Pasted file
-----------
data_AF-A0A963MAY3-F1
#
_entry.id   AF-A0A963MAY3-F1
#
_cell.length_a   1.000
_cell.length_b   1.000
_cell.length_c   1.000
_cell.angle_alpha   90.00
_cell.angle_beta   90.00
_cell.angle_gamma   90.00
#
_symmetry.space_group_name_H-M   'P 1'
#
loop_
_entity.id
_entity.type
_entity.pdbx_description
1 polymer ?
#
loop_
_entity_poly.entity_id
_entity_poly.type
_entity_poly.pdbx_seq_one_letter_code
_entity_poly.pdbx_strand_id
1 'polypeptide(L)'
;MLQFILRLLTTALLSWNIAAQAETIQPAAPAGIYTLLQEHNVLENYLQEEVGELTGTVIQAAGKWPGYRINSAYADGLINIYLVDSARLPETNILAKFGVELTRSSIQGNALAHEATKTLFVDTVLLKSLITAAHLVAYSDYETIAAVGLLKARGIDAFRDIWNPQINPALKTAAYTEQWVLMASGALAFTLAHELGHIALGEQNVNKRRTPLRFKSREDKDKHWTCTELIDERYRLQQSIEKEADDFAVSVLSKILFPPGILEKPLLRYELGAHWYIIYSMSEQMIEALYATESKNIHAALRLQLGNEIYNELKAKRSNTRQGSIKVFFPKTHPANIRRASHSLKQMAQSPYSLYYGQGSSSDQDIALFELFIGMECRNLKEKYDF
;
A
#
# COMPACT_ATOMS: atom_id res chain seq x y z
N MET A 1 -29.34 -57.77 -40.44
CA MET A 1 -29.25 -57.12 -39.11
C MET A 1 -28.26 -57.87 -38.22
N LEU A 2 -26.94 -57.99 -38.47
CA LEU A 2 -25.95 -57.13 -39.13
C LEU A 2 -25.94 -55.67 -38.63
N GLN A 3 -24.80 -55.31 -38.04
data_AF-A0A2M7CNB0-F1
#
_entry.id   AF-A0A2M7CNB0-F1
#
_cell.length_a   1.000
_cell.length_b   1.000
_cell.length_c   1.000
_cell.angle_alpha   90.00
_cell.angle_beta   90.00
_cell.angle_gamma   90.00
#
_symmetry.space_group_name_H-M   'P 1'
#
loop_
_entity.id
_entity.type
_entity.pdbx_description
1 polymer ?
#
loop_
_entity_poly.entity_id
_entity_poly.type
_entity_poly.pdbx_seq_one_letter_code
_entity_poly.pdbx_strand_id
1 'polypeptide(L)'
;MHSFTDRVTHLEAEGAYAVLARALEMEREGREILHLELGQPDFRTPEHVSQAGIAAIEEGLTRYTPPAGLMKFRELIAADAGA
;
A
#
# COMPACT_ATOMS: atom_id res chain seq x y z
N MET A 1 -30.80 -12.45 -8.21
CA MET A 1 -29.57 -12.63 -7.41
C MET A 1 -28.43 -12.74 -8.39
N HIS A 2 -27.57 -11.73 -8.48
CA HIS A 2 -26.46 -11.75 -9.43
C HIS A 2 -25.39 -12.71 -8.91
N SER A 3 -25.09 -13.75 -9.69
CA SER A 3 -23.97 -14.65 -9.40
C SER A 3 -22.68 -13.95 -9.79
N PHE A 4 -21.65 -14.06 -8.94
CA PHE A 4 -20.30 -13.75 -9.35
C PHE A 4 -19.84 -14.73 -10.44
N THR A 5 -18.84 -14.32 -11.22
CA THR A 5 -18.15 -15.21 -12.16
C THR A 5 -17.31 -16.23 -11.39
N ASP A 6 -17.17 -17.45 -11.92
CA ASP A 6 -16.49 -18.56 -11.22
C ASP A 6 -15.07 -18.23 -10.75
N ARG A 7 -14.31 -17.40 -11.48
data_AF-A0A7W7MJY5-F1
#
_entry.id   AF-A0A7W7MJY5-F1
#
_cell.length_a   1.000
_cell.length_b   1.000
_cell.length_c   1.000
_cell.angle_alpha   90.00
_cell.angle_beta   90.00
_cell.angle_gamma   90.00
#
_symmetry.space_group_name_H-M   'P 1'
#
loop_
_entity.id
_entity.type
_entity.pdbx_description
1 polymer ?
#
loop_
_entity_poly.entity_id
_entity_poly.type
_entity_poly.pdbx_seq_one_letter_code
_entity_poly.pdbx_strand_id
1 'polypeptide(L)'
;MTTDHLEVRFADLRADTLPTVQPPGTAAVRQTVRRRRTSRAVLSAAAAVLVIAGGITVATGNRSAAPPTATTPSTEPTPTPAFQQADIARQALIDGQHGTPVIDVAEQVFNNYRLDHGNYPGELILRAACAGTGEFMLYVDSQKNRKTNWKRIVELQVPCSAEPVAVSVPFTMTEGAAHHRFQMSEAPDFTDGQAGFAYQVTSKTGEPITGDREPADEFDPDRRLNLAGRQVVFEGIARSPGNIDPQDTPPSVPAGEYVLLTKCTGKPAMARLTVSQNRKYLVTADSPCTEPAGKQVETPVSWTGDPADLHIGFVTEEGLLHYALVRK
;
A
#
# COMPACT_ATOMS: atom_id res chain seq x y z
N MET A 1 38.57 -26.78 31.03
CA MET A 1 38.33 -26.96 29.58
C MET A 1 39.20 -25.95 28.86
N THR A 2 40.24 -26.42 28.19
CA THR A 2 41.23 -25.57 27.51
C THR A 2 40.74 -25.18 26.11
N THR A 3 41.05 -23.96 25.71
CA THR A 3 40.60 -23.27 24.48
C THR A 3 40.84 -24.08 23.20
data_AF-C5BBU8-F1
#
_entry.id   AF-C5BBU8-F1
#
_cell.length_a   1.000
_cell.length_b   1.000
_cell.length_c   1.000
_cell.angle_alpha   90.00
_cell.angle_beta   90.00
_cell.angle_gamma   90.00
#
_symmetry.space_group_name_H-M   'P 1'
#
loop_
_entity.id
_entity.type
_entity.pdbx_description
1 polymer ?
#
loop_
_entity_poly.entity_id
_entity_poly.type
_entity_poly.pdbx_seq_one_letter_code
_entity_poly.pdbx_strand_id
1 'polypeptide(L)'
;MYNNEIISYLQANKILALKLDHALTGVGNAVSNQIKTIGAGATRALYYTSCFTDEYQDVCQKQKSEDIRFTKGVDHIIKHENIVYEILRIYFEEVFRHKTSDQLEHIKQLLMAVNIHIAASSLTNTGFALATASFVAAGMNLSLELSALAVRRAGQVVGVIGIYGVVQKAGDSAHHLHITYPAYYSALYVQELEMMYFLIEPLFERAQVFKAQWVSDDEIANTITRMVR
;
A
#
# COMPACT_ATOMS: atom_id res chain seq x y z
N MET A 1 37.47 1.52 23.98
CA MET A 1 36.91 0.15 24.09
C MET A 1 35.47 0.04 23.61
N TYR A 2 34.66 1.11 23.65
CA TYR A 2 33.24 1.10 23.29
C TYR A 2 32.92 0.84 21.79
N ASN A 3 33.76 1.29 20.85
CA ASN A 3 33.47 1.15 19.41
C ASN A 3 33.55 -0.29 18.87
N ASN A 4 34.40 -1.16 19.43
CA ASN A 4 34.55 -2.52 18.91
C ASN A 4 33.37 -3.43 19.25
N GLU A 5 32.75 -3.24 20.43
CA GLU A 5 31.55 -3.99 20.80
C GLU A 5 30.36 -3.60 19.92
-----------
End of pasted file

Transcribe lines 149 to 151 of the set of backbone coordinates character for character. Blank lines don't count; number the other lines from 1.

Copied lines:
_entity_poly.pdbx_strand_id
1 'polypeptide(L)'
;MYNNEIISYLQANKILALKLDHALTGVGNAVSNQIKTIGAGATRALYYTSCFTDEYQDVCQKQKSEDIRFTKGVDHIIKHENIVYEILRIYFEEVFRHKTSDQLEHIKQLLMAVNIHIAASSLTNTGFALATASFVAAGMNLSLELSALAVRRAGQVVGVIGIYGVVQKAGDSAHHLHITYPAYYSALYVQELEMMYFLIEPLFERAQVFKAQWVSDDEIANTITRMVR